This brew poured with less than a half a finger of white head that dissipated quickly and left no lacing on the glass. The body was a slightly cloudy, light yellow with light carbonation visible. The nose was sweet with some lemon as well as Belgian yeast and honey. There was some spice to it as well. The taste had a lot of lemon to it as well as green apple. Grass and banana were apparent as well with Belgian yeast and spice. The body was on the thin side and the carbonation was a bit too light for the style. It had a quick finish with coriander and Belgian yeast. It wasn’t the best Belgian pale ale I’ve had, but it wasn’t awful.
Here’s the last post before the other half and I get ready to go out. Last night, we headed to one of Val’s coworker’s apartments for her birthday party. We had a really good time. When we came in, we were told the good beers were in the fridge and the “other” beers were outside. I had some Stone IPA, which I haven’t had in awhile and hit the spot. There was also some Innis and Gunn and Founders All Day IPA at the party. Anyways, let’s see how this hoppy beer stacked up.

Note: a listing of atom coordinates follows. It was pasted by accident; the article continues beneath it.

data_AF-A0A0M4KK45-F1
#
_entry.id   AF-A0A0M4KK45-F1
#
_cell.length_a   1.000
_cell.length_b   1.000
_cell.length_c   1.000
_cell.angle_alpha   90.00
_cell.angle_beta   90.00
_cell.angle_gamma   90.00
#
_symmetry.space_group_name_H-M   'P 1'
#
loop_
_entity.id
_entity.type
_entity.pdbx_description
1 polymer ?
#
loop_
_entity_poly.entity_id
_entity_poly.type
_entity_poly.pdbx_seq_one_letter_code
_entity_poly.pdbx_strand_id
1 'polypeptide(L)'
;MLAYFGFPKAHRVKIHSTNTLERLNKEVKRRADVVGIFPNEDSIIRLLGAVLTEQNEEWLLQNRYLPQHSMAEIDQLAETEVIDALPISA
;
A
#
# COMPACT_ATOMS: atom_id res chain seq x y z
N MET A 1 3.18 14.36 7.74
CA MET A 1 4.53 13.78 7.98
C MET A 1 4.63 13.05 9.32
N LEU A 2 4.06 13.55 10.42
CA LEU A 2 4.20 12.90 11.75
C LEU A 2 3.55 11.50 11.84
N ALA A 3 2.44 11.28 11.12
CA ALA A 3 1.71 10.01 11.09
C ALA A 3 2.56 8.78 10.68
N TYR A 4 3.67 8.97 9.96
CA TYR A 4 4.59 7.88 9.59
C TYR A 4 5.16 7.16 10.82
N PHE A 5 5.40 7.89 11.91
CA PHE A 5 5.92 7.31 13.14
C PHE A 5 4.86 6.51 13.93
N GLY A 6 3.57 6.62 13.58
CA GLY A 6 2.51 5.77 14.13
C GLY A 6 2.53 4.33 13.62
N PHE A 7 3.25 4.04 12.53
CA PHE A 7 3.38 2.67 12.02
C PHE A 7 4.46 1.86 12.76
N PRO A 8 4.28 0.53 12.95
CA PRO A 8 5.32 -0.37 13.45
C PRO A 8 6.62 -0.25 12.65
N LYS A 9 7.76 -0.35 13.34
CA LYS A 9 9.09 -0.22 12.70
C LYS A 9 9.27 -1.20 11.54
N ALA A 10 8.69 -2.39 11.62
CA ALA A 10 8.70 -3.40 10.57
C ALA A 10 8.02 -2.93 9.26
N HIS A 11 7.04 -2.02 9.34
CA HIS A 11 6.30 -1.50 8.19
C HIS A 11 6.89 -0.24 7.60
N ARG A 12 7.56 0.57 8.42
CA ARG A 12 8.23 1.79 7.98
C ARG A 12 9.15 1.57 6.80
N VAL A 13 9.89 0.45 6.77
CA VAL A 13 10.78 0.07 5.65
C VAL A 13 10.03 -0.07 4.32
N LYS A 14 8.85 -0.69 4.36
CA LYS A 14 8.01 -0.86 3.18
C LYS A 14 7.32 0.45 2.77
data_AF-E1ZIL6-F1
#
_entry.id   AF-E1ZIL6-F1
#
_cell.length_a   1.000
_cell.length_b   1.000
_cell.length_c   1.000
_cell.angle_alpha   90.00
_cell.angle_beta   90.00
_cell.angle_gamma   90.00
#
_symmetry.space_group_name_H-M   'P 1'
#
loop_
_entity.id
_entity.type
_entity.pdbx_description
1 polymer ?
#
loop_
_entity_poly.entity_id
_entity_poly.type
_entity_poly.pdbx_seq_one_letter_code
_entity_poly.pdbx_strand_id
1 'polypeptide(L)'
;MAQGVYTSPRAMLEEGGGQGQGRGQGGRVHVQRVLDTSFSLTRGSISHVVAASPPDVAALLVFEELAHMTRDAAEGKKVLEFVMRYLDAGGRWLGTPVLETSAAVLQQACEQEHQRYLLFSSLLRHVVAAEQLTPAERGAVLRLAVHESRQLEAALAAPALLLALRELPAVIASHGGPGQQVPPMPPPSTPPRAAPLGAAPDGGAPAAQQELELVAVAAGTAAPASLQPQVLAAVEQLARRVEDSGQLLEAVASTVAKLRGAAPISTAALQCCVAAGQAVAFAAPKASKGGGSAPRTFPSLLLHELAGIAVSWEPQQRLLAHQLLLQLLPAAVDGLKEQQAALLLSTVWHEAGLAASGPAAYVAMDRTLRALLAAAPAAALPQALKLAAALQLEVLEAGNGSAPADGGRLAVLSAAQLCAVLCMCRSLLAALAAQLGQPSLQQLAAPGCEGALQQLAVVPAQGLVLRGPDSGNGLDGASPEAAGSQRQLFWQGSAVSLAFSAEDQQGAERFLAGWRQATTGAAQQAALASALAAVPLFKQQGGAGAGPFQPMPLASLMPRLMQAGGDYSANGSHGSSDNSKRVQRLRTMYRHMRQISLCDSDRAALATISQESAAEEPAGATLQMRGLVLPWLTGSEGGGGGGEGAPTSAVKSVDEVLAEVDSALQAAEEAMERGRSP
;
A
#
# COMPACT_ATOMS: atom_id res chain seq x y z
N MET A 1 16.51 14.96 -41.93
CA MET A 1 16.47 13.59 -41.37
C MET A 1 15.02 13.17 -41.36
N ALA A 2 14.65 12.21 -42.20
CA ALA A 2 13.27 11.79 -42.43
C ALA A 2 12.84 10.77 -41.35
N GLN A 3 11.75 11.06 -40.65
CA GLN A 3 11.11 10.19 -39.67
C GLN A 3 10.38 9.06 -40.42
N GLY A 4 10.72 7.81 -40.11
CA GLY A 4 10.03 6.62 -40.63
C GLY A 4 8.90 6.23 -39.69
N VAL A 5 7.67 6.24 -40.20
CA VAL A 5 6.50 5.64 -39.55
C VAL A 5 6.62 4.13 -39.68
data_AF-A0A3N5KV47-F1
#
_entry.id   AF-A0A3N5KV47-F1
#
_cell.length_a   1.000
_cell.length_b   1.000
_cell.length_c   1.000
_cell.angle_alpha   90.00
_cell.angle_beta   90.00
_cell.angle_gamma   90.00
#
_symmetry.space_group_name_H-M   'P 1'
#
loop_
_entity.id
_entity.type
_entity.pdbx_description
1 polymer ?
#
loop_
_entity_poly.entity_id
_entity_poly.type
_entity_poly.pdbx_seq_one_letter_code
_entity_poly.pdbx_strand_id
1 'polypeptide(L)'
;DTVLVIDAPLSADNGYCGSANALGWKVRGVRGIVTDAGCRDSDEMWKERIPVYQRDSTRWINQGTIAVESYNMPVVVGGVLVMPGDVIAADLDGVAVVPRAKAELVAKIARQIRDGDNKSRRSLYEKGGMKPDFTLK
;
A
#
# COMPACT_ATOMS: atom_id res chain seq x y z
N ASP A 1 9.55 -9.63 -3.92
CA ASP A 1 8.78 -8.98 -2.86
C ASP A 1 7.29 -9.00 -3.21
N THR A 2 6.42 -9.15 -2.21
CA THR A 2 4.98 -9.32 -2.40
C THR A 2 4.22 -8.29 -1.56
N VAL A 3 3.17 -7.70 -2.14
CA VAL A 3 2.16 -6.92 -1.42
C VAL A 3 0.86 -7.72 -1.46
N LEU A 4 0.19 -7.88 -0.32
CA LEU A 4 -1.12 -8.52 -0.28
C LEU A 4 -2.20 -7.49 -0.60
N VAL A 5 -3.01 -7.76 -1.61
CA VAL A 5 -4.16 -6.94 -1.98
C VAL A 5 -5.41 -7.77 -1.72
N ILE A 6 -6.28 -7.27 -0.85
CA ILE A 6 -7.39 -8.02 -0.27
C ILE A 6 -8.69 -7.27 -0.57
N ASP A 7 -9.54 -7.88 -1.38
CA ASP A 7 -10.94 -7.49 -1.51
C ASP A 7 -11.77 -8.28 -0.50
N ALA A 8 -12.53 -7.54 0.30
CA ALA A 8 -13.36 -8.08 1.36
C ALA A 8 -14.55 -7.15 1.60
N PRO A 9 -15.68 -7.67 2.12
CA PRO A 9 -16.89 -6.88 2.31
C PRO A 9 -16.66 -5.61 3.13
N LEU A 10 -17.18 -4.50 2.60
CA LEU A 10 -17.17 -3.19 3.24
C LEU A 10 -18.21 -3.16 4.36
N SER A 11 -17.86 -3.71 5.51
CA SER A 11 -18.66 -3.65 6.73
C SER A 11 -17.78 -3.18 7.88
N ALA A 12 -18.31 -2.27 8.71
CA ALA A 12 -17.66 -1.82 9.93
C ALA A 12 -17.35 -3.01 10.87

Style: American Double/Imperial IPA
Trivia: According to the brewery website, “Double D is a full-bodied Imperial India Pale Ale, flaunting sultry guava, mango, and tropical fruit aromas as a result of dry hopping with Citra, Zythos and Crystal hops. Brewed with light toasted malt and Bravo bittering hops, this double delights with smooth warming alcohols and a torrid finish.”
Random: The Eagles better win today.
This beer poured with a three finger, cream-colored head that dissipated slowly and left lots of lacing on the glass. The body was a clear, caramel color with heavy carbonation. The nose was really fragrant with grassy and light pine with some alcohol. There was toasted malt present as well. It had a lot of bitterness with pine and grapefruit pith. There was also some oiliness with booze warming. The body was thick and had lots of carbonation. It had a long finish with alcohol and bitterness. This was a decent beer that I would have again. If you see it in your area and like the style, it’s definitely worth a try.